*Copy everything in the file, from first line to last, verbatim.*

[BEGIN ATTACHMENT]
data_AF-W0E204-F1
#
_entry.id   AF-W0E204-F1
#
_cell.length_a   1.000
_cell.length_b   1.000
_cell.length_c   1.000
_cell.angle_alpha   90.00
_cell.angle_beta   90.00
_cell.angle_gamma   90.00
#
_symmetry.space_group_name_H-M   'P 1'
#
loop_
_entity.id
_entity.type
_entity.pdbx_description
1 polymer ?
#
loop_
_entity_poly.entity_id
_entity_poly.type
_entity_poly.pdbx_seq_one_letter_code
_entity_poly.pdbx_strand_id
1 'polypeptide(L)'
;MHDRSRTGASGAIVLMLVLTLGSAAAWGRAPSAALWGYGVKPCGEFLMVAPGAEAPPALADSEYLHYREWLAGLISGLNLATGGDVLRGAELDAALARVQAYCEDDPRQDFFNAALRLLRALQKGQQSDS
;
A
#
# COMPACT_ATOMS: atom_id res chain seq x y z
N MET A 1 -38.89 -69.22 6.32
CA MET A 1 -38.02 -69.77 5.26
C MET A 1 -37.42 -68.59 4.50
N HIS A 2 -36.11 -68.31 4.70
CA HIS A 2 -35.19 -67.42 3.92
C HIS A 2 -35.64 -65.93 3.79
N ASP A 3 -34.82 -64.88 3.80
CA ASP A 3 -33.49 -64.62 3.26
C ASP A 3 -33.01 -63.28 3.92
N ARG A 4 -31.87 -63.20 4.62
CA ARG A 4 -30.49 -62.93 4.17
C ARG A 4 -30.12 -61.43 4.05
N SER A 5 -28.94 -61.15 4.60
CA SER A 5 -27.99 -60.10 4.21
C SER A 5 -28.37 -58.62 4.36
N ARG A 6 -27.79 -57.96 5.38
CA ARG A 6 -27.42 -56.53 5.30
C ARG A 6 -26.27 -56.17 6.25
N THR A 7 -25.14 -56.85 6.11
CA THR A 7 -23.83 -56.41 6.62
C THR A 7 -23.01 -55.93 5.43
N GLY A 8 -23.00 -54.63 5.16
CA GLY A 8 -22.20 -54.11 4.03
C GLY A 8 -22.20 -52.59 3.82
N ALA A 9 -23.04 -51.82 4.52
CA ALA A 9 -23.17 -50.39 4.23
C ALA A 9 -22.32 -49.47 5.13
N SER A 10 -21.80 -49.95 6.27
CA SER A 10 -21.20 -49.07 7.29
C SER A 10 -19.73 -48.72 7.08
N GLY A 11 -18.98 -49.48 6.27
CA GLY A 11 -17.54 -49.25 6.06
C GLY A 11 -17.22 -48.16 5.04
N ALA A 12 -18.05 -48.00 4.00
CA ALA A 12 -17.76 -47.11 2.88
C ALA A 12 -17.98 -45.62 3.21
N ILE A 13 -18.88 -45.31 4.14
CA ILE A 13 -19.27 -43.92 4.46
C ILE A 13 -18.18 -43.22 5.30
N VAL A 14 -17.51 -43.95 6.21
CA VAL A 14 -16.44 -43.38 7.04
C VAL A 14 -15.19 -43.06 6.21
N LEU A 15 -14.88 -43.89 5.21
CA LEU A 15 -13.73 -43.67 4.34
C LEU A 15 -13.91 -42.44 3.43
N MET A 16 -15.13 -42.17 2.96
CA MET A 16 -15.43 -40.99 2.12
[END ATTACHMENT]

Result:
data_AF-W0E204-F1
#
_entry.id   AF-W0E204-F1
#
_cell.length_a   1.000
_cell.length_b   1.000
_cell.length_c   1.000
_cell.angle_alpha   90.00
_cell.angle_beta   90.00
_cell.angle_gamma   90.00
#
_symmetry.space_group_name_H-M   'P 1'
#
loop_
_entity.id
_entity.type
_entity.pdbx_description
1 polymer ?
#
loop_
_entity_poly.entity_id
_entity_poly.type
_entity_poly.pdbx_seq_one_letter_code
_entity_poly.pdbx_strand_id
1 'polypeptide(L)'
;MHDRSRTGASGAIVLMLVLTLGSAAAWGRAPSAALWGYGVKPCGEFLMVAPGAEAPPALADSEYLHYREWLAGLISGLNLATGGDVLRGAELDAALARVQAYCEDDPRQDFFNAALRLLRALQKGQQSDS
;
A
#
# COMPACT_ATOMS: atom_id res chain seq x y z
N MET A 1 -38.89 -69.22 6.32
CA MET A 1 -38.02 -69.77 5.26
C MET A 1 -37.42 -68.59 4.50
N HIS A 2 -36.11 -68.31 4.70
CA HIS A 2 -35.19 -67.42 3.92
C HIS A 2 -35.64 -65.93 3.79
N ASP A 3 -34.82 -64.88 3.80
CA ASP A 3 -33.49 -64.62 3.26
C ASP A 3 -33.01 -63.28 3.92
N ARG A 4 -31.87 -63.20 4.62
CA ARG A 4 -30.49 -62.93 4.17
C ARG A 4 -30.12 -61.43 4.05
N SER A 5 -28.94 -61.15 4.60
CA SER A 5 -27.99 -60.10 4.21
C SER A 5 -28.37 -58.62 4.36
N ARG A 6 -27.79 -57.96 5.38
CA ARG A 6 -27.42 -56.53 5.30
C ARG A 6 -26.27 -56.17 6.25
N THR A 7 -25.14 -56.85 6.11
CA THR A 7 -23.83 -56.41 6.62
C THR A 7 -23.01 -55.93 5.43
N GLY A 8 -23.00 -54.63 5.16
CA GLY A 8 -22.20 -54.11 4.03
C GLY A 8 -22.20 -52.59 3.82
N ALA A 9 -23.04 -51.82 4.52
CA ALA A 9 -23.17 -50.39 4.23
C ALA A 9 -22.32 -49.47 5.13
N SER A 10 -21.80 -49.95 6.27
CA SER A 10 -21.20 -49.07 7.29
C SER A 10 -19.73 -48.72 7.08
N GLY A 11 -18.98 -49.48 6.27
CA GLY A 11 -17.54 -49.25 6.06
C GLY A 11 -17.22 -48.16 5.04
N ALA A 12 -18.05 -48.00 4.00
CA ALA A 12 -17.76 -47.11 2.88
C ALA A 12 -17.98 -45.62 3.21
N ILE A 13 -18.88 -45.31 4.14
CA ILE A 13 -19.27 -43.92 4.46
C ILE A 13 -18.18 -43.22 5.30
N VAL A 14 -17.51 -43.95 6.21
CA VAL A 14 -16.44 -43.38 7.04
C VAL A 14 -15.19 -43.06 6.21
N LEU A 15 -14.88 -43.89 5.21
CA LEU A 15 -13.73 -43.67 4.34
C LEU A 15 -13.91 -42.44 3.43
N MET A 16 -15.13 -42.17 2.96
CA MET A 16 -15.43 -40.99 2.12